China Says It Will Fight Back Against Proposed US Tariffs

"I just really underscore this, we are serious". Do not forget to update your bookmarks.

President Donald Trump seems poised to continue to escalate trade tensions with China.

"They aren't going to bully him into backing down", said Stephen Moore, a former Trump campaign adviser who is now a visiting fellow at the Heritage Foundation.

The concern is that while apparel and footwear have so far escaped the proposed new tariffs on products imported from China, they would possibly be back in contention for the next wave of tariff increases.

However he added: "While confrontation with China is necessary, Trump's way of doing it has too much collateral damage and does not deal with the issue in a rational way". On April 3, 2018, the USTR announced approximately $50 billion in proposed tariffs on imports from China as an initial means to obtain the elimination of policies and practices identified in the investigation.

General Motors shares reversed earlier losses and were last up 0.7 percent after the No. 1 U.S. automaker called for constructive U.S./ China dialog, citing an "interdependence between the world's two largest automotive markets".

The stock market - which has been up and down all week on news of trade developments - was down sharply Friday, with the Dow Jones Industrial Average off more than 700 points at one point in the day.

Mr. Trump said he's taking the action because China is imposing retaliatory tariffs on US goods instead of fixing its unfair trade practices.

The stock market continues to bear the brunt of escalating trade tensions between the US and China. White House press secretary Sarah Huckabee Sanders said the two sides remained in "routine contact".

China said it was not afraid of a trade war, even though it did not seek one, and accused the USA of provoking the conflict.

Trump's late Thursday statement decried China's plan to retaliate with tariffs that match USA trade restrictions blow for blow.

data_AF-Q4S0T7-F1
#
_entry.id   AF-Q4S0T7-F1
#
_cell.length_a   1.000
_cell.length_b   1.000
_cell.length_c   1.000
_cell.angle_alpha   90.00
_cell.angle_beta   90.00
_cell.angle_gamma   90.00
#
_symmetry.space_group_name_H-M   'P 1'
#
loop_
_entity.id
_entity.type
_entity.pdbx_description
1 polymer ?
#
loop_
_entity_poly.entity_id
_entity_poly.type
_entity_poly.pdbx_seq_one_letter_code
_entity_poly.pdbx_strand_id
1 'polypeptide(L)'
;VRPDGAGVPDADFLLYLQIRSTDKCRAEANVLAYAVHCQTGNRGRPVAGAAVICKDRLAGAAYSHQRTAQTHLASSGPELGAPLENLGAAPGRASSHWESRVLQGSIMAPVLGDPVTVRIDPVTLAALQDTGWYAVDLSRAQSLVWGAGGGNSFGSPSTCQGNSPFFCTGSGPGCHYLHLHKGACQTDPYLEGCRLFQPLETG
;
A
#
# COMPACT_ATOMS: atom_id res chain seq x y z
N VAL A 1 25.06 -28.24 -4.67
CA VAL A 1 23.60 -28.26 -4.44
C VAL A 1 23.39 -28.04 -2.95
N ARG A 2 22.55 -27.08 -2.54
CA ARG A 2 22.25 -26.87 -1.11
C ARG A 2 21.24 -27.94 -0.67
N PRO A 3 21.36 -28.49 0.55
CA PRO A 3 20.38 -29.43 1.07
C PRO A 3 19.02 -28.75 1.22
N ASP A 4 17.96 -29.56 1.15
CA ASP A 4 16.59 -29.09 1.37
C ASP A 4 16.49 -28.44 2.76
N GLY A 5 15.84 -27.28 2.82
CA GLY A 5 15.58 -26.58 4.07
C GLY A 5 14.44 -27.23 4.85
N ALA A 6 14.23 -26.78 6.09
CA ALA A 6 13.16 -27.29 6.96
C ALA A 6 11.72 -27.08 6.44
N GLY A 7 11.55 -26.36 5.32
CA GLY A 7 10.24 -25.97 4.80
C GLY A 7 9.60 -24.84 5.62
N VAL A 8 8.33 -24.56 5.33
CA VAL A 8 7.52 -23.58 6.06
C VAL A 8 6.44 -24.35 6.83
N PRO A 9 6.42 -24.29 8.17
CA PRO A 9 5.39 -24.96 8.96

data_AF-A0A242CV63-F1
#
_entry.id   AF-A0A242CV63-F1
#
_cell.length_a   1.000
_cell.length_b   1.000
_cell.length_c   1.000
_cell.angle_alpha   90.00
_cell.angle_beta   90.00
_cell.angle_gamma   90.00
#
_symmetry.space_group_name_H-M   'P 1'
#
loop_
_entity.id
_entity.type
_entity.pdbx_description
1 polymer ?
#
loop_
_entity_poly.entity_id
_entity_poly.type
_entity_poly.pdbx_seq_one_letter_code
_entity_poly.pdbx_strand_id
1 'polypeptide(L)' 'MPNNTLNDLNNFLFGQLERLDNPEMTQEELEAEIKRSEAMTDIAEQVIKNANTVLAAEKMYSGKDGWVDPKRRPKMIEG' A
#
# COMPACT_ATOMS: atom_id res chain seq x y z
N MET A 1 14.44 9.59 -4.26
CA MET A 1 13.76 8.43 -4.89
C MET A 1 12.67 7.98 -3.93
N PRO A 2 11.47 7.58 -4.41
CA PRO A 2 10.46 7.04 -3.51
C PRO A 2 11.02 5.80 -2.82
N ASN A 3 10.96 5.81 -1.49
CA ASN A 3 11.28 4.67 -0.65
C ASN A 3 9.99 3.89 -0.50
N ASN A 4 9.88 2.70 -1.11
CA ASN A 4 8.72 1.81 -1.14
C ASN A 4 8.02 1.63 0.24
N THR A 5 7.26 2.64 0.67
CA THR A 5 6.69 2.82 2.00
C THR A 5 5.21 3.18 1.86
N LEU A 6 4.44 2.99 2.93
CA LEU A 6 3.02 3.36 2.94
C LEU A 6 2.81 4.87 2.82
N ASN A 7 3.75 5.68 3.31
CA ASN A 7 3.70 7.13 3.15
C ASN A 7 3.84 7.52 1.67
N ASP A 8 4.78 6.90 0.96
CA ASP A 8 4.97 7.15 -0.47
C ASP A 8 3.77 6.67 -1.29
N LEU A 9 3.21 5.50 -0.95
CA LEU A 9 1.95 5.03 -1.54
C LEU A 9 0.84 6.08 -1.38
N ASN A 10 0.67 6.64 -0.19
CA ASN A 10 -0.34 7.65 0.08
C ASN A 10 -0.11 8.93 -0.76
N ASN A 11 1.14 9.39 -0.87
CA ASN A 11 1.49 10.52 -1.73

The clash reflects the tension between Trump's promises to narrow a USA trade deficit with China that stood at $375.2 billion United States in goods a year ago and China's ruling Communist Party's development ambitions. They therefore get tremendous perks and advantages, especially over the U.S. Does anybody think this is fair.

China responded by indicating it wouldn't back down, saying it would fight back "at any cost", according to a statement from the Commerce Ministry.

The tit-for-tat moves have unsettled global markets in recent weeks. Yesterday, China went a Larry Kudlow, the White House's National Economic Council director, said on Wednesday that both the countries still had time to work out their differences. John Thune, the Senate's No. 3 Republican, in an interview with KDLT-TV in Sioux Falls. But he says the current standoff is not the beginning of a trade war, and that he's "cautiously optimistic that we'll be able to work this out".

The U.S. announces tariffs on steel and aluminum worth $3 billion United States dollars.

But Trump could even more easily achieve his trade objective, without Chinese cooperation, and without throwing a spanner in the works of global commerce by resorting to import tariffs.

Further escalation could be in the offing.

Experts say that the seemingly random array of US products in line for retaliation are actually carefully selected.

US gold futures for June delivery settled up 0.6 percent at $1,336.10 an ounce.

China responded swiftly and robustly by proposing tariffs on 106 key United States products, including soybeans, aircraft parts and orange juice, narrowly aimed at politically important sectors in the USA, such as agriculture. "Negotiations are better than tariffs", he said.

The Europeans reject Trump's allegations, which have mostly circled on Germany's auto industry, and prepared a list of counter-measures in case the USA reverses course and slaps on the tariffs.

"I'm not saying there's not gonna be any pain", Trump said on "Bernie & Sid in the Morning". The announcement comes "in light of China's unfair retaliation" earlier this week. That could specifically harm core Trump supporters. "We must act together to make that happen", Zhang said.

  • Joanne Flowers